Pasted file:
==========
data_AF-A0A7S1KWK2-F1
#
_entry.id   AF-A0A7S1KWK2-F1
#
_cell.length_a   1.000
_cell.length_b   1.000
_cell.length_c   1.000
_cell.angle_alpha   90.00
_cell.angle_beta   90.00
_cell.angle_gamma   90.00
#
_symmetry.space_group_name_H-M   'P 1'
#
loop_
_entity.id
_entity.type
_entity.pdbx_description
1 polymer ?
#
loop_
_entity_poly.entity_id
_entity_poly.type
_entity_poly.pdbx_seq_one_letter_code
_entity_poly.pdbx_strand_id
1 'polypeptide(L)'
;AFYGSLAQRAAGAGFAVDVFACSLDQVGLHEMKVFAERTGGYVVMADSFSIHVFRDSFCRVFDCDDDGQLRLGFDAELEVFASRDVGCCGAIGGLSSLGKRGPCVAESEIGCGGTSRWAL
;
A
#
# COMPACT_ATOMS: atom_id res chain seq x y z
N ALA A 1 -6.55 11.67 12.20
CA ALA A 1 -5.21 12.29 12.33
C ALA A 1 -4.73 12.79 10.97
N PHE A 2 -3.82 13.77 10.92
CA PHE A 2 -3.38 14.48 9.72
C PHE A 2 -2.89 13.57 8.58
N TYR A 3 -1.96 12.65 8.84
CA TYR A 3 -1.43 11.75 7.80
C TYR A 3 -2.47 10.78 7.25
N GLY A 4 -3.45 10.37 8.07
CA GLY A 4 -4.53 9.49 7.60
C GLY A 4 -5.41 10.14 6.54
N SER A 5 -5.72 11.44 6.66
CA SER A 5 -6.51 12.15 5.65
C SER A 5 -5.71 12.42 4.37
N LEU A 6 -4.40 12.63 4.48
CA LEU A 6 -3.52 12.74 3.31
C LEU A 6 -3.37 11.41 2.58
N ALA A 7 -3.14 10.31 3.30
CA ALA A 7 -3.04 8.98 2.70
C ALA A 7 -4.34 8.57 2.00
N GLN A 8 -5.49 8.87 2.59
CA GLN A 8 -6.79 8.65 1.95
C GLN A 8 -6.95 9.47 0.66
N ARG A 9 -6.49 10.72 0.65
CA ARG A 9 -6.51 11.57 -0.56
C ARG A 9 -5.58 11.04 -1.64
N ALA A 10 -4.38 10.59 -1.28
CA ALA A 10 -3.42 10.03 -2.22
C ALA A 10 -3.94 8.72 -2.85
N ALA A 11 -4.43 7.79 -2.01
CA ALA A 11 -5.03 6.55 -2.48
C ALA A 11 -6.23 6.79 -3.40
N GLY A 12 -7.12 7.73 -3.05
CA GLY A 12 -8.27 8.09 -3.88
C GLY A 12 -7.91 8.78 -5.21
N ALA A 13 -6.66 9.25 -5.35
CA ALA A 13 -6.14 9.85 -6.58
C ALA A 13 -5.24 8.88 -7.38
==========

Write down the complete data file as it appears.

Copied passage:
data_AF-A0A7S1KWK2-F1
#
_entry.id   AF-A0A7S1KWK2-F1
#
_cell.length_a   1.000
_cell.length_b   1.000
_cell.length_c   1.000
_cell.angle_alpha   90.00
_cell.angle_beta   90.00
_cell.angle_gamma   90.00
#
_symmetry.space_group_name_H-M   'P 1'
#
loop_
_entity.id
_entity.type
_entity.pdbx_description
1 polymer ?
#
loop_
_entity_poly.entity_id
_entity_poly.type
_entity_poly.pdbx_seq_one_letter_code
_entity_poly.pdbx_strand_id
1 'polypeptide(L)'
;AFYGSLAQRAAGAGFAVDVFACSLDQVGLHEMKVFAERTGGYVVMADSFSIHVFRDSFCRVFDCDDDGQLRLGFDAELEVFASRDVGCCGAIGGLSSLGKRGPCVAESEIGCGGTSRWAL
;
A
#
# COMPACT_ATOMS: atom_id res chain seq x y z
N ALA A 1 -6.55 11.67 12.20
CA ALA A 1 -5.21 12.29 12.33
C ALA A 1 -4.73 12.79 10.97
N PHE A 2 -3.82 13.77 10.92
CA PHE A 2 -3.38 14.48 9.72
C PHE A 2 -2.89 13.57 8.58
N TYR A 3 -1.96 12.65 8.84
CA TYR A 3 -1.43 11.75 7.80
C TYR A 3 -2.47 10.78 7.25
N GLY A 4 -3.45 10.37 8.07
CA GLY A 4 -4.53 9.49 7.60
C GLY A 4 -5.41 10.14 6.54
N SER A 5 -5.72 11.44 6.66
CA SER A 5 -6.51 12.15 5.65
C SER A 5 -5.71 12.42 4.37
N LEU A 6 -4.40 12.63 4.48
CA LEU A 6 -3.52 12.74 3.31
C LEU A 6 -3.37 11.41 2.58
N ALA A 7 -3.14 10.31 3.30
CA ALA A 7 -3.04 8.98 2.70
C ALA A 7 -4.34 8.57 2.00
N GLN A 8 -5.49 8.87 2.59
CA GLN A 8 -6.79 8.65 1.95
C GLN A 8 -6.95 9.47 0.66
N ARG A 9 -6.49 10.72 0.65
CA ARG A 9 -6.51 11.57 -0.56
C ARG A 9 -5.58 11.04 -1.64
N ALA A 10 -4.38 10.59 -1.28
CA ALA A 10 -3.42 10.03 -2.22
C ALA A 10 -3.94 8.72 -2.85
N ALA A 11 -4.43 7.79 -2.01
CA ALA A 11 -5.03 6.55 -2.48
C ALA A 11 -6.23 6.79 -3.40
N GLY A 12 -7.12 7.73 -3.05
CA GLY A 12 -8.27 8.09 -3.88
C GLY A 12 -7.91 8.78 -5.21
N ALA A 13 -6.66 9.25 -5.35
CA ALA A 13 -6.14 9.85 -6.58
C ALA A 13 -5.24 8.88 -7.38